The question is never if divorce will have an impact on your children, but rather if this impact will be minimal or significant Children can adjust to divorce with help. An important element that determines if there will be long term negative consequences on your child will be your ability to collaboratively co-parent with your ex-partner.
Collaborative co-parenting is a practice where parents agree to parent in a discussed, organised and agreed manner, even if they have to parent differing views on how to raise a child. For families of divorce, children often become innocent victims of the tension and resentment between the parents. Collaborative co-parenting can change that situation by providing parents with constructive tools to use in building positive child custody and visitation plans.
The collaborative co-parenting approach means finding a way to work with your co-parent with dignity and respect. What was once a personal relationship changes and becomes more like a business relationship wherein both parties set aside personal feelings for the benefit of the children. Collaborative co-parents learn to develop strategies for conflict management and to establish a stable routine for the children via a collaborative child custody and visitation parenting plan.
The backbone of collaborative co-parenting arrangements can be discussed with specialist counsellor and divorce mediators. When I work with divorced couples, I remind them that the Collaborative Co-parenting process focuses and assesses each parent around the best parent that they can be, rather than on hurting or scoring points against your ex-partner.
A collaborative co-parenting agreement is not legally enforceable it should be signed with honest intent. Copies of the agreement can be held by each parent, and shared with relevant family members, including older children if this is done in a supportive manner.
A Collaborative Co-parenting process has three areas of discussion. The first, and most importantly, is to agree on certain principles that parents are willing to adhere to. These principles provide a framework of you promising to be the parent your child needs you to be. The second discussion is logistics – such as how living arrangements are split, holidays agreed, ECAs discussed and decided. The third section is often the most contentious, is about how finances will be allocated in order to support the child. The arrangements are summarised into a collaborative co-parenting agreement to be signed by both parents.
The logistics and the finances need to be discussed within a framework that protects each parents, whilst stretching them to turn up as the best parents they can be. If you are struggling getting to an agreement, get help.
What I can easily share are some of the principles that I ask parents to consider when setting the framework of decisions. Ask yourself where you stand on the following topics – would you agree? If not, why not?
I agree to:
- Hold my children’s needs above my own territorial needs or desire for independence.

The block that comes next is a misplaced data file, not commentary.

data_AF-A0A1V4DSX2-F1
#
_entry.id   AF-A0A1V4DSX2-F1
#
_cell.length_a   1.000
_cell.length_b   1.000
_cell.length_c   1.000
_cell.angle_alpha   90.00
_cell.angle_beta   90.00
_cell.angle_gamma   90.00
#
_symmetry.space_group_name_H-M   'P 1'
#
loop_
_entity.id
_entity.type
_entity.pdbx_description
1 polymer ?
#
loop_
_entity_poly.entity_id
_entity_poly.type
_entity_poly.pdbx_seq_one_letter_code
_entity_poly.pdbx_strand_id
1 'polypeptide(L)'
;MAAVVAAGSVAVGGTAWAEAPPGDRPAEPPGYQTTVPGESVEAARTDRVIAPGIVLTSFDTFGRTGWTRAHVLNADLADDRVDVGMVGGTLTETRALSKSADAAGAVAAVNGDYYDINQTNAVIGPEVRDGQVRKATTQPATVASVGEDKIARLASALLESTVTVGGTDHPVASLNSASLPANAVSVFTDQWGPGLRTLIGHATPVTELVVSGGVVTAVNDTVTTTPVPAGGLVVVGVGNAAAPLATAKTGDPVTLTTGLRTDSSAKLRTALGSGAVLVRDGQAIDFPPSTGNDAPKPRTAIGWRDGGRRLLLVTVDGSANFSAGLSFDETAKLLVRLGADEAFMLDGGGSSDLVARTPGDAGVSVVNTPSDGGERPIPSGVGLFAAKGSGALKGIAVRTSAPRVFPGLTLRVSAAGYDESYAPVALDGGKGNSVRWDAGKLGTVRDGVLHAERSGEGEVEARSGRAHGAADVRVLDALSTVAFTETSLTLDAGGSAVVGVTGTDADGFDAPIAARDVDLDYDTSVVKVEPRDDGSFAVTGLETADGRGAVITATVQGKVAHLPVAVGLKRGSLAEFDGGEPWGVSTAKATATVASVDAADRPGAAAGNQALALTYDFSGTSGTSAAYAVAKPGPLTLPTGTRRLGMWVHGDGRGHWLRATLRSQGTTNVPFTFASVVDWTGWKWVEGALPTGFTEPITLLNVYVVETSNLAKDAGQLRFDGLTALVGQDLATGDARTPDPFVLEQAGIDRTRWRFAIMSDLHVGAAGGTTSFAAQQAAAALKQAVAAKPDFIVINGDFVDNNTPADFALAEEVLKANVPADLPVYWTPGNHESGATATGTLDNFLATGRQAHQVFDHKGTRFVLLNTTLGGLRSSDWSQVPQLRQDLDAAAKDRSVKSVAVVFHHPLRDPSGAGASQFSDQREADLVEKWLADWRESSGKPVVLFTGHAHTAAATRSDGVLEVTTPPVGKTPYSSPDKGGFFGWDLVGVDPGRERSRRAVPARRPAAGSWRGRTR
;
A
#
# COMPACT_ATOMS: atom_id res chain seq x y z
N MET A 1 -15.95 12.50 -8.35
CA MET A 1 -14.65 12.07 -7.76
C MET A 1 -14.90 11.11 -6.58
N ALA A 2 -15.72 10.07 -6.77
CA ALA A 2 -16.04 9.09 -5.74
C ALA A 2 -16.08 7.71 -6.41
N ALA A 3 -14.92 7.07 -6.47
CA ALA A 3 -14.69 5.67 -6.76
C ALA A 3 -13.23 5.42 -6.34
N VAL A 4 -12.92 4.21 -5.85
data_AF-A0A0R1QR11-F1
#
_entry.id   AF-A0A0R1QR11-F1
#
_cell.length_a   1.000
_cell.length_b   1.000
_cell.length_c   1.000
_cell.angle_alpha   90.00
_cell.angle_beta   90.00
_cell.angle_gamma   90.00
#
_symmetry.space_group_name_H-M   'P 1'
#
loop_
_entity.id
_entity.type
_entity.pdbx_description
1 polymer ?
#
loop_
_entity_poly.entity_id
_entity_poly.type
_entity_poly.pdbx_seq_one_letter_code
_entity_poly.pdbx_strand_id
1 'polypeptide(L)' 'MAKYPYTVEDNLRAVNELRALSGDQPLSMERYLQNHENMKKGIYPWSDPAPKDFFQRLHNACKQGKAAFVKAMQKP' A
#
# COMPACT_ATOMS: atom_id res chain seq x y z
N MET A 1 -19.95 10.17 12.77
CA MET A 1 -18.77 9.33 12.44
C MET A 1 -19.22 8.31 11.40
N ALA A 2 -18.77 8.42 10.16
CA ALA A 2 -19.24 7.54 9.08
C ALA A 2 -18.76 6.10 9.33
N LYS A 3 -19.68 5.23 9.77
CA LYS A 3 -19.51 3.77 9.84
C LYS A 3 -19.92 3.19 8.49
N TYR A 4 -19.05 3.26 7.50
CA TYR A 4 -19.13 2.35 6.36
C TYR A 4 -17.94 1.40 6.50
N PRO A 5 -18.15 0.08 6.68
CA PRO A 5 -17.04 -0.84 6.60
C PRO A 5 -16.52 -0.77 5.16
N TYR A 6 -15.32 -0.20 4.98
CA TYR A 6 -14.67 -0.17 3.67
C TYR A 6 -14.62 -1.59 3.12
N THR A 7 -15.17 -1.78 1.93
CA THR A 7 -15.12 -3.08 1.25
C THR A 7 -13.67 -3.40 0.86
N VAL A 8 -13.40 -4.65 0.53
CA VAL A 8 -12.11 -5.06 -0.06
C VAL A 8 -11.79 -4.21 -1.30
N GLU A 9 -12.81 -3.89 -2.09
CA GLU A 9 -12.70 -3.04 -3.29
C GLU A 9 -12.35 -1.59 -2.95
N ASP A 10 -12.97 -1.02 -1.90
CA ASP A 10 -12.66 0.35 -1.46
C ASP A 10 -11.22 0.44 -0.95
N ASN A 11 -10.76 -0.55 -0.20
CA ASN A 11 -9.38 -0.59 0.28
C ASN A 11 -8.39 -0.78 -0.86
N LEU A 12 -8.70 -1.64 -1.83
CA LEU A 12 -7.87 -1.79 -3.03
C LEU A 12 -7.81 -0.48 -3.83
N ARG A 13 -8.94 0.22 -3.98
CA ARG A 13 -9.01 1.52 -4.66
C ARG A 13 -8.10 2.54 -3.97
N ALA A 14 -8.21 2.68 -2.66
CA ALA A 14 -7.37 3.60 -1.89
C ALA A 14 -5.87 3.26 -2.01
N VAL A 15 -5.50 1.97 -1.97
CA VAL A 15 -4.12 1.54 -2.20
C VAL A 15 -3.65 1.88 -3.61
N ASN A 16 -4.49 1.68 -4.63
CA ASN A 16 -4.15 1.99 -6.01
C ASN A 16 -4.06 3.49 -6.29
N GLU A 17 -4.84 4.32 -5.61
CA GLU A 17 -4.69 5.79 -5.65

- I will take the adjustment required by divorce to rise to the occasion and be the best parent I can be to my children.
- My child’s emotional well-being and self-esteem are paramount and I will act in a manner that best supports my children.
- I will not over promise support to my child, and under deliver
- I will not use my child as confident, messenger, bill collector or a spy with my co-parent
- I will abide by the rules of fair and practical time sharing and will make a serious effort to honour this agreement.
- I will communicate necessary changes in the schedule of child care with my co parent in advance. Any changes in the schedule will always be discussed with the other parent prior to informing the children
- We agree to respect the other’s parenting style and discuss any concerns at agreed upon communication meetings
- I promise not to only do fun things with our child, leaving hygiene, homework and day to day care explicitly to the other parent
- We agree to make arrangements which can be understood by our child and are sustainable.
- We agree to clearly communicate to our children our respect for their other parent
- We will keep our child safe
- We agree to reinforce to our children that time with their other parent is important
- I will be mindful of my child’s need for a stable diet and sleep and not return them to their other parent over tired and poorly nourished
- We agree to work on our problems as individuals privately and not in front of the children. We agree to allocate an agreed designated communication time
- We will agree to communicate to our children that no new romantic partners will be introduced to them in meetings that have not been agreed by the other co parent
- We agree to speak or write derogatory remarks about the other parent to the child
- When we are with our child, we will be focused on spending quality time with that child, and not primarily engaged in another activity (drinking with friends, attending meetings) as agreed
- We agree that the child can display photos of both parents in their bedroom.
- We agree to collaboratively set behavioural guidelines of expectations of our children in front of step parents, relatives, etc.
- We agree that we will not consume alcohol at all/ become intoxicated in front of the children. Drug consumption at any time, prior to or during child care time is not tolerated within this agreement.
- We agree to only leave our children with agreed third party caregivers and with the other parent’s agreement
- We agree to both collaborate in school meetings
- I agree to honour our arrangements about financial support of children and will not withhold this support from the co-parent
These principles are designed around best parenting practices. Are you ready to be the best parent you can be, as you divorce?